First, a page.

An American Rabbi claims that Satan is an angel and he is not evil. That Satan is testing us and that is good, so that Hashem can give us a good reward in Olam Haba. Is this a majority view in Judaism?


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The Jewish view is that everything that has been created is under the control of G0d and cannot be considered an independent being in the sense that non-Jewish religions regard "Satan" (as a "rebellious" angel). One of the translations of the word is "prosecutor". Only human beings have free will and the associated "desires" that can cause them to rebel against Hashem and violate his commandments.

For example Jewish Concepts: Satan

Satan in Judaism is not a physical being ruling the underworld, rather, in the Torah, the word Satan indicates “accuser,” “hinderer” or “tempter.” Satan is therefore more an illusory obstacle in one’s way - such as temptation and evil doings - keeping one from completing the responsibilities of tikkun olam (fixing the world). Satan is the evil inclination to veer off the path of righteousness and faithfulness in God.

UPDATE Note that this is restricted to the "being" known as "Satan" rather than Hashem sending a human being (who does have free will) or a "natural force" (like lightning or a wind) which does not have the concept of free will as a messenger. That is a different area. Also note that a malach in the literal sense (translated as angel) only exists while carrying out its mission. See for example the explanation of Rav Hirsch as to why three malachim appeared to Avraham in Vayera and only two went to S'dom after afterwards.

  • I believe the Maharal interestingly enough does use the expression "samael harasha" in his intro to Ohr Chodosh (?) when comparing the geulah of Purim to that of Yom Kippur.
    – Loewian
    Commented Jan 25, 2016 at 5:46
  • @MonicaCellio (and Sabbahillel) interestingly enough, the Ramchal in Da'as Tevunos Chelek Beis discusses the "rebellion" of the sitra achra (Satan). It is part of his whole approach to angelic missions and how angels can make mistakes. Still no free will involved, though. Commented Jan 26, 2016 at 4:51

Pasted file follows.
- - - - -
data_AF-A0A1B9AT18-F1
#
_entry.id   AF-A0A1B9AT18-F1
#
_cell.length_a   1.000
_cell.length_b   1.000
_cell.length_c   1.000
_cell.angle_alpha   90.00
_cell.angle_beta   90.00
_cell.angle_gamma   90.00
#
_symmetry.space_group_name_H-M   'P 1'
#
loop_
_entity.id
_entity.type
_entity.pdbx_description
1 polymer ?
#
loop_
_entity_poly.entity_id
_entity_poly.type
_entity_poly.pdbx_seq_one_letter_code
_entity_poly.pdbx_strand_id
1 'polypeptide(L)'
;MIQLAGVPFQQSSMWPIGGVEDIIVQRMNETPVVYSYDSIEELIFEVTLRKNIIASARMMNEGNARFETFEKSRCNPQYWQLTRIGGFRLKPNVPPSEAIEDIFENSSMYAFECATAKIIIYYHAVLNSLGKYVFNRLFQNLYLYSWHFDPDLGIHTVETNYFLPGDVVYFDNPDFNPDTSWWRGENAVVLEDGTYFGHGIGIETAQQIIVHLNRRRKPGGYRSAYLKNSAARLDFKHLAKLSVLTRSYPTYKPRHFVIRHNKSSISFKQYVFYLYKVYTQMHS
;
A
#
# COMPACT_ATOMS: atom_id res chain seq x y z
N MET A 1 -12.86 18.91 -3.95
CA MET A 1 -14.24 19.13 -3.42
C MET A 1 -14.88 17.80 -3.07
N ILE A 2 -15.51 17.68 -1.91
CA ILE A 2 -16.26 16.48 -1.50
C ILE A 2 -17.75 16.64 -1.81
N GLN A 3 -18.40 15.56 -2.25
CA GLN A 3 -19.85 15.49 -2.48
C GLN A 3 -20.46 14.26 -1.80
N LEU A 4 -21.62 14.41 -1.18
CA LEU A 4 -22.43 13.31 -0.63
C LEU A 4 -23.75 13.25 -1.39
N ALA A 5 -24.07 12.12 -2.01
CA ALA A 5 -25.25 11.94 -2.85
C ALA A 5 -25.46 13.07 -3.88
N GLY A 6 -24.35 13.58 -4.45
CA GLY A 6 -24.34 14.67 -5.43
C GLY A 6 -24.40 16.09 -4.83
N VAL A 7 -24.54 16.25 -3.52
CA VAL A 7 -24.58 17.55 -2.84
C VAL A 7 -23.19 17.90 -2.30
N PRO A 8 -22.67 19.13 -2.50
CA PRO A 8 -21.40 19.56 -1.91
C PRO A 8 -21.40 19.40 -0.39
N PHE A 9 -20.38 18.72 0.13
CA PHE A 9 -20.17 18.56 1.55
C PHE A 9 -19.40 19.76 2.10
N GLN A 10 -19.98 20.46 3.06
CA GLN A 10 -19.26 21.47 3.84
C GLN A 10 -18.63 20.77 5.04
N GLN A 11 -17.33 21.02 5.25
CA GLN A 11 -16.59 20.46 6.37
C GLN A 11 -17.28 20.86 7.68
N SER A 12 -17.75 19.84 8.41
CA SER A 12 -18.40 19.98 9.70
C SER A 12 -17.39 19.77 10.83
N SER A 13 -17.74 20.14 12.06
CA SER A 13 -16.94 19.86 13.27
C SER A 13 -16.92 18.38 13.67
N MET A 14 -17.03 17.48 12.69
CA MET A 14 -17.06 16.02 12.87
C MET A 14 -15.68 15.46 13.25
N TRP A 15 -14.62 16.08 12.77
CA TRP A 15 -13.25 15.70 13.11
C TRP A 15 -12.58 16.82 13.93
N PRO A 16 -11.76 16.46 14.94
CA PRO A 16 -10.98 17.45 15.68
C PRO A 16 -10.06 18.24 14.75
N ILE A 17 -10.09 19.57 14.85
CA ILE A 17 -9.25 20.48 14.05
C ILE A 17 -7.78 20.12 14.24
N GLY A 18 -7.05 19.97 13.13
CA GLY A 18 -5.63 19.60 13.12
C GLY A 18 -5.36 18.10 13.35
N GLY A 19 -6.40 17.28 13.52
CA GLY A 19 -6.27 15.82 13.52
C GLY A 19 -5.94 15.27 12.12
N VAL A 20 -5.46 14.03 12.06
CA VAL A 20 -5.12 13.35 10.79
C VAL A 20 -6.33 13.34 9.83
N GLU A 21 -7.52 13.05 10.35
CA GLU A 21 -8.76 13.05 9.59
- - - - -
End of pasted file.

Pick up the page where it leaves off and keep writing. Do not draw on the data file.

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    We see in midrash that occasionally angels get "punished," which shouldn't be possible if they lack free will,how is that possible without free will?
    – Aigle
    Commented Feb 9, 2016 at 14:01
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    "making a mistake"punished for making a mistake?
    – Aigle
    Commented Feb 9, 2016 at 16:02
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    @sabbahillel I might agree with that,but I aslo think they are historical correct and that angels are real.So It`s important to know,for us that think angels are real.
    – Aigle
    Commented Feb 9, 2016 at 16:28

The Gemara (Bava Basra 15b) says:

מיתיבי חסיד היה באומות העולם ואיוב שמו ולא בא לעולם אלא כדי לקבל שכרו הביא הקב"ה עליו יסורין התחיל מחרף ומגדף כפל לו הקב"ה שכרו בעוה"ז [כדי] לטרדו מן העולם הבא

There was a certain pious man among the nations of the world and his name was Job, and he came into the world only to receive his reward. The Holy One, Blessed be He, brought afflictions upon him, and he began to blaspheme and curse. The Holy One, Blessed be He, doubled his reward in this world in order to expel him from the World-to-Come.

  • What? [15 char]
    – user6591
    Commented May 5, 2017 at 11:13

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